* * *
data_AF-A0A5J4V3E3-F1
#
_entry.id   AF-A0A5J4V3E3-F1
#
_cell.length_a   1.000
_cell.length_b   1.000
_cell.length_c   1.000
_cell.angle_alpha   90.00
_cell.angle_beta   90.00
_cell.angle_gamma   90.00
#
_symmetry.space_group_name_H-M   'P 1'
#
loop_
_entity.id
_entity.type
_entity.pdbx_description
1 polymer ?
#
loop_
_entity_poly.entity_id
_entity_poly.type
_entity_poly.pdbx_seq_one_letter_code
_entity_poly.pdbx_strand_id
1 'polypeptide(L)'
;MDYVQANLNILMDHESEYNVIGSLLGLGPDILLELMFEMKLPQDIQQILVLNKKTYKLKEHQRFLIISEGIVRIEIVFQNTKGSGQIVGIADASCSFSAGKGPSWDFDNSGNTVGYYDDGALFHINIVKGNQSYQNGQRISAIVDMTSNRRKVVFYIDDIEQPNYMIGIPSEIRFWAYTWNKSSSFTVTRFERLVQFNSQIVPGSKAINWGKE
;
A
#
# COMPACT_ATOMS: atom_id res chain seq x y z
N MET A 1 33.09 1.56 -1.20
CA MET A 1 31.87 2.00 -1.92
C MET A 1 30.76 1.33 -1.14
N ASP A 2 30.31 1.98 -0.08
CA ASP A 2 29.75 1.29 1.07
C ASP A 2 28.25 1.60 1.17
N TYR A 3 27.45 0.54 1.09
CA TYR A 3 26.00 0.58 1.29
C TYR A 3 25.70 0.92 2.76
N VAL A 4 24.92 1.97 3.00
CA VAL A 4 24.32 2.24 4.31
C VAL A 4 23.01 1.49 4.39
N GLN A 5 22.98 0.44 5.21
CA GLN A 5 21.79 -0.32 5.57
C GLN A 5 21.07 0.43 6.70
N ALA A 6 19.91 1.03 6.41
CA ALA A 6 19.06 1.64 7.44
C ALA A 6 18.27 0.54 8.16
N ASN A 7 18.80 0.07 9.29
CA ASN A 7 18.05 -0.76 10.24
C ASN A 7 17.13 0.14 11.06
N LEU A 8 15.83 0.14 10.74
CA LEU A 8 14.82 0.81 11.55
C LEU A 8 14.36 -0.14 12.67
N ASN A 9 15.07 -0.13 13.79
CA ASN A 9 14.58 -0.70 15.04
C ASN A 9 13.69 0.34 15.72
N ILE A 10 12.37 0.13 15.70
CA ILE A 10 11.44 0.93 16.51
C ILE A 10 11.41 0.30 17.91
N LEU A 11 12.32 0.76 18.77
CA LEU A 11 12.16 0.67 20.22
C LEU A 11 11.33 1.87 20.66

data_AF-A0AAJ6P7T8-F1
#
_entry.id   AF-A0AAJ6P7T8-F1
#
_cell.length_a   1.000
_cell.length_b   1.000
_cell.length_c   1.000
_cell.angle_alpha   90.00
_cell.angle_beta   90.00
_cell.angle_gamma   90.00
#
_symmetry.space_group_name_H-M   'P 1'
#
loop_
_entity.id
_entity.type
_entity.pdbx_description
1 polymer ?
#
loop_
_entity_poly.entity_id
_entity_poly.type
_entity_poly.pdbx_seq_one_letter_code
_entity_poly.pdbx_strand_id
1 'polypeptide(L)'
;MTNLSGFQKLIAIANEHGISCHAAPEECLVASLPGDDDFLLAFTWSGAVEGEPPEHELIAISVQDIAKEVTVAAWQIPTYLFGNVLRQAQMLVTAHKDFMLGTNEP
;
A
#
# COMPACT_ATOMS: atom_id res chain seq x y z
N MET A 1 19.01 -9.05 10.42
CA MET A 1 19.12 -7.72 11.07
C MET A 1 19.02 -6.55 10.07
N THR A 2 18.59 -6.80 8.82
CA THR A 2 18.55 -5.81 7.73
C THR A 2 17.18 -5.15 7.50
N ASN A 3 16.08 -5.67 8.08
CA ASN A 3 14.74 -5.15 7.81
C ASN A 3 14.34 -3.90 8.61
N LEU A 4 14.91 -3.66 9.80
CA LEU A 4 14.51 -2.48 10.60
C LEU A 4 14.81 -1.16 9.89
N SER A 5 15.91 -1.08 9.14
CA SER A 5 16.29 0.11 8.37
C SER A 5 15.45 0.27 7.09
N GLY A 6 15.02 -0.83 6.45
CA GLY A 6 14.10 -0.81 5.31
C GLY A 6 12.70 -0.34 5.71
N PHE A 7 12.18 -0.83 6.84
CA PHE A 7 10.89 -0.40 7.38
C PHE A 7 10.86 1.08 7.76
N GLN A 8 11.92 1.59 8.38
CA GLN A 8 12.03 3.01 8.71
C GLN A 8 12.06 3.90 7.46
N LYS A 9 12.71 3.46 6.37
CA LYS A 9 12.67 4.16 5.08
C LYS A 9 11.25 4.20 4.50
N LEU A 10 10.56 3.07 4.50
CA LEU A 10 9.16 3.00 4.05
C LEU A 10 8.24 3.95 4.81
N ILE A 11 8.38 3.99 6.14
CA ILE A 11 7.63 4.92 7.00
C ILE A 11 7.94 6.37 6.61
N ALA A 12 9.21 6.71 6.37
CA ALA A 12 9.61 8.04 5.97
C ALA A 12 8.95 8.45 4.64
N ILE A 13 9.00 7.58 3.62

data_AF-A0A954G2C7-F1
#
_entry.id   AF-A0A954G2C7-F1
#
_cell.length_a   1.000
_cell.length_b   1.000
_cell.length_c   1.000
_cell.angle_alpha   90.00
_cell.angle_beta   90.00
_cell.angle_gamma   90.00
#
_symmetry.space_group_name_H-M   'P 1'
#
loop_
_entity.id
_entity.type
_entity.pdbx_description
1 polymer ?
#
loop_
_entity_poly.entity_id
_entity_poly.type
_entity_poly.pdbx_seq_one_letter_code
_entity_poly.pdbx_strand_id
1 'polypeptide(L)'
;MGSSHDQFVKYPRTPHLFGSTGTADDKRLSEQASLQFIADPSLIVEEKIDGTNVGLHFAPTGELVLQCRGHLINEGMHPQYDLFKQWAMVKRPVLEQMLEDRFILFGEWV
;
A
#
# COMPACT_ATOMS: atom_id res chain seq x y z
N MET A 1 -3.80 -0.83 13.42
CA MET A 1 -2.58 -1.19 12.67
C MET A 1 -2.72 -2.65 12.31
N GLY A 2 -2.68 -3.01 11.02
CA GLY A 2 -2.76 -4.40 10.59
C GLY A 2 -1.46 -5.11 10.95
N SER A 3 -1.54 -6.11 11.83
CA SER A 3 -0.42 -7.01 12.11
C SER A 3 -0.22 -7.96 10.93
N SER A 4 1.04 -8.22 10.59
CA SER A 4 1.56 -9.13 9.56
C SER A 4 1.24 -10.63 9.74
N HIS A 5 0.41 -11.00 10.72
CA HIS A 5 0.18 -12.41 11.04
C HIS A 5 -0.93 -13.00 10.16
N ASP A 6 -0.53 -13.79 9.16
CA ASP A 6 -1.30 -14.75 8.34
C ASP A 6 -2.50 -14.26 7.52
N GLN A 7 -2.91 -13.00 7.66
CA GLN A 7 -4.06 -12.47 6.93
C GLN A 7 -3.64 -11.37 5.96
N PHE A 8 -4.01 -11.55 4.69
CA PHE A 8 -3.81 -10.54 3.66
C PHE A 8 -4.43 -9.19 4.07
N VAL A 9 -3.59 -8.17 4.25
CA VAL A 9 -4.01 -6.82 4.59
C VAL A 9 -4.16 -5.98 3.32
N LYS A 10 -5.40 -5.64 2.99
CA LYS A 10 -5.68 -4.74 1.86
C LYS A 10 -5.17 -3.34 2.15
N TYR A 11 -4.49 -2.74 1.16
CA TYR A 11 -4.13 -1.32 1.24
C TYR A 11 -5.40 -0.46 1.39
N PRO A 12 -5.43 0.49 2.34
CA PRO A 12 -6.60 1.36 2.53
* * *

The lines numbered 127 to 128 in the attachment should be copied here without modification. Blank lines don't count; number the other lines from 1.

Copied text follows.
N ALA A 12 9.21 6.71 6.37
CA ALA A 12 9.61 8.04 5.97